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Catherine Deveny, comedy writer, stand-up comedian and perpetual sad sack.

I have never encountered a column writer who has such an immense talent for finding something offensive or hurtful in ordinary day to day life and human interaction.

But she manages to slip beneath even her former underwhelming efforts in her column variously titled private schools muck up, watch those grammars, or private school values.

Firstly she is offended by the idea that a private school principal might have some friends who could assist someone in need.

Did you read about the boy who may lose hearing in one ear because a Melbourne Grammar boy threw an egg at him during a muck-up prank gone wrong? Did anyone else feel sickened but at the same time not at all surprised when the principal of Melbourne Grammar said in an interview: “[The injured boy’s mother] asked for help because . . . her son was not able to gain access to a surgeon. I was able to, through contacts, get him an appointment with a surgeon the very next day.’

Well, actually no. I was not sickened by this. I was pleased to hear of school authorities taking responsibility and doing what they could to assist.

It is still not clear to me what Catherine found so distressing.

The idea that some people actually have friends? The idea that some people might be willing to help someone in need? The idea that some people might be in a position to help someone in need?

Baffling.

Then she is offended by being invited to mentor a gifted student at another private school. Well, offended that no pay is offered. The school is surprised that she asks. No one else has done so.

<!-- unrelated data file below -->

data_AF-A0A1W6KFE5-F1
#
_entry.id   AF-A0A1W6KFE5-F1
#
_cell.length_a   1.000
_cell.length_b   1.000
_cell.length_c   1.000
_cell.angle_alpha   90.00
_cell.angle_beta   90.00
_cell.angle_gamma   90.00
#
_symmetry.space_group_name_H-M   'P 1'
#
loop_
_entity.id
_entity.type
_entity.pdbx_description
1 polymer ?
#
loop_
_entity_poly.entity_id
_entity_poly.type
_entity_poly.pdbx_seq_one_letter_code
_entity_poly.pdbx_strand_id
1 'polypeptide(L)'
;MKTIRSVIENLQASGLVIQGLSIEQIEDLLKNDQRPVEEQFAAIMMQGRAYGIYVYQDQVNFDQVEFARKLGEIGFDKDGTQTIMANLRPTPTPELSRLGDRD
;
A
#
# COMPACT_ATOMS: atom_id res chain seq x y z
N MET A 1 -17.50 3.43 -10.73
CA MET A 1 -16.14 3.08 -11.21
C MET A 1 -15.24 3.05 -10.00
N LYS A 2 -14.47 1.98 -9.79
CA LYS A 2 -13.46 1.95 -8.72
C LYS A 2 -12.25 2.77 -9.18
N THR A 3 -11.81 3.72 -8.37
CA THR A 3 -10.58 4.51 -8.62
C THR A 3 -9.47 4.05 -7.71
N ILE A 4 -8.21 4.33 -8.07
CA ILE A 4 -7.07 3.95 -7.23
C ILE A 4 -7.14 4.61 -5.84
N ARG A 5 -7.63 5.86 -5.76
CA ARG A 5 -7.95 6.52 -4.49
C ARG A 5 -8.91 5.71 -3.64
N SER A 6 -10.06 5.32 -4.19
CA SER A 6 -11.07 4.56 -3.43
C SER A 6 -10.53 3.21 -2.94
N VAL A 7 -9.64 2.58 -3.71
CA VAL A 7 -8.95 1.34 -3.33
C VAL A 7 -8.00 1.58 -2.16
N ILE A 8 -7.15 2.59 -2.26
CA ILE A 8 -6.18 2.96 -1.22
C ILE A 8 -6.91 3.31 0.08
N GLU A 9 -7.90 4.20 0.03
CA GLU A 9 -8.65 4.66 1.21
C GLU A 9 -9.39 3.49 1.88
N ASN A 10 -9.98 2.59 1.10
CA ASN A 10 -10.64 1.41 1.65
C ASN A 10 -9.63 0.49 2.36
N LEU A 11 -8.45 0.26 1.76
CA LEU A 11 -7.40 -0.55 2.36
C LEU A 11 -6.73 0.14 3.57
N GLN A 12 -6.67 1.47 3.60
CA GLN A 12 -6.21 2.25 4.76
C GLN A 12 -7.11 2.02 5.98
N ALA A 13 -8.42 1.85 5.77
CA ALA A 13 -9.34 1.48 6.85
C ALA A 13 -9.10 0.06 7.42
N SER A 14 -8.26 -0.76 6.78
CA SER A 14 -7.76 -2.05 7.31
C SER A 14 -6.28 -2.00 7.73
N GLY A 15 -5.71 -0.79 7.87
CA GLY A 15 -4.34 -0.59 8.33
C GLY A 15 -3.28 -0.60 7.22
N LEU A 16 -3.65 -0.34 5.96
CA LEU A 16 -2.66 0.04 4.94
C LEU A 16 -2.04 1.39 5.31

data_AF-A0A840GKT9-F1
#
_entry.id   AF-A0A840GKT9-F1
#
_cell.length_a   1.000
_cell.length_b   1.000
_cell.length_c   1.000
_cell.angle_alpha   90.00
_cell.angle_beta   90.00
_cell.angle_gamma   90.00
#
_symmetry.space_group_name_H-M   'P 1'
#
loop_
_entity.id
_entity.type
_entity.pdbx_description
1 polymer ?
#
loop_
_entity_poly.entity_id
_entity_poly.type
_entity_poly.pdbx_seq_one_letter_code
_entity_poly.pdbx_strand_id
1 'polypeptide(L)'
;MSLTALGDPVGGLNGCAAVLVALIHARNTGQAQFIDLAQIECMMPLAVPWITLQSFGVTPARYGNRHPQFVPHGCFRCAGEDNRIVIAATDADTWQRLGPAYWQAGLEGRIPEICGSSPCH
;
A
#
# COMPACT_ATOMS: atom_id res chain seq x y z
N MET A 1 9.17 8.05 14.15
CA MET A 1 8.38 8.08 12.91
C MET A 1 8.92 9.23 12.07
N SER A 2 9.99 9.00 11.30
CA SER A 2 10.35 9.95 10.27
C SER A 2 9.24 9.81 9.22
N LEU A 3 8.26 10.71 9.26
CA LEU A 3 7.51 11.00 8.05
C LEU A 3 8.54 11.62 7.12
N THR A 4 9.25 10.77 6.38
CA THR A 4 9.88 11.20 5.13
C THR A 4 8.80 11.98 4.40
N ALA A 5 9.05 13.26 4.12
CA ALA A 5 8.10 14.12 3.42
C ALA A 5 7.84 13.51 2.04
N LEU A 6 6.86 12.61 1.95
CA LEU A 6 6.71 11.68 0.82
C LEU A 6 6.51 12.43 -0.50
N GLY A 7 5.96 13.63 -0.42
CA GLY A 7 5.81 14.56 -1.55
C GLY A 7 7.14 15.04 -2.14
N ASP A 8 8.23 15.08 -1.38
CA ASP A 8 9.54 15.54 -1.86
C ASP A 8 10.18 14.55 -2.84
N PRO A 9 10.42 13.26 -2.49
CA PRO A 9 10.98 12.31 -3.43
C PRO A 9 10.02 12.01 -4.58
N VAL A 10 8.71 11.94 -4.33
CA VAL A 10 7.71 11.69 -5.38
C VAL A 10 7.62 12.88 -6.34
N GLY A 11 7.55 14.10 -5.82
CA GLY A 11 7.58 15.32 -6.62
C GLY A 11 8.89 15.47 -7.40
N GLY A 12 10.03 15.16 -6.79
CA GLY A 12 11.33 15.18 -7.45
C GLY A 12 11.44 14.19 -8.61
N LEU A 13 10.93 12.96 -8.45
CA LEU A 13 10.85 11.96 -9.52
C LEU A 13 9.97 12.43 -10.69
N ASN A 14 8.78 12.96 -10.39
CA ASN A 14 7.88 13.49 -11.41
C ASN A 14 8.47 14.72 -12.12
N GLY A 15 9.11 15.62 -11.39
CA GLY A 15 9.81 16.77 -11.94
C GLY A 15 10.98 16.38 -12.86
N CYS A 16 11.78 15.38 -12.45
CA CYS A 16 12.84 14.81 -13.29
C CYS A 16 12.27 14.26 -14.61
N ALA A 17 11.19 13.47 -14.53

Catherine suggests the school is greedy, attempting to shame her into working for nothing to increase their company profitability.

But private schools are not businesses. They are non-profit organisations whose income goes entirely into providing facilities for students and their communities.

Private schools receive substantially less government funding than state schools – on average $5000 less for every student. Parents and school communities work hard to make up the rest.

Catherine told the schoool that she would mentor a student if the school agreed to donate $200 to the Asylum Seekers’ Resource Centre. They agreed, and she mentored the student.

The school should have just said ‘No thanks’ right at the start.

There are some people who walk into my shop whom I know within thirty seconds of their opening their mouths that I do not want as customers. There are some people you will just never be able to please.

But having agreed, it should have given the money.

Catherine claims the school reneged on the agreement. Maybe they did.

She took their not wanting to communicate with her as proof. Maybe they had just reached the same conclusion about her that I reach about some of my customers – too much trouble when weighed against possible benefits.

If they did not give the money, their failure to do so is reprehensible.

But one incident of one school not doing the right thing does not make greed and dishonesty ‘private school values.’ There is something wrong in thought processes that can lead to such a claim being made with such blind certainty.

What is wrong with Catherine Deveny?

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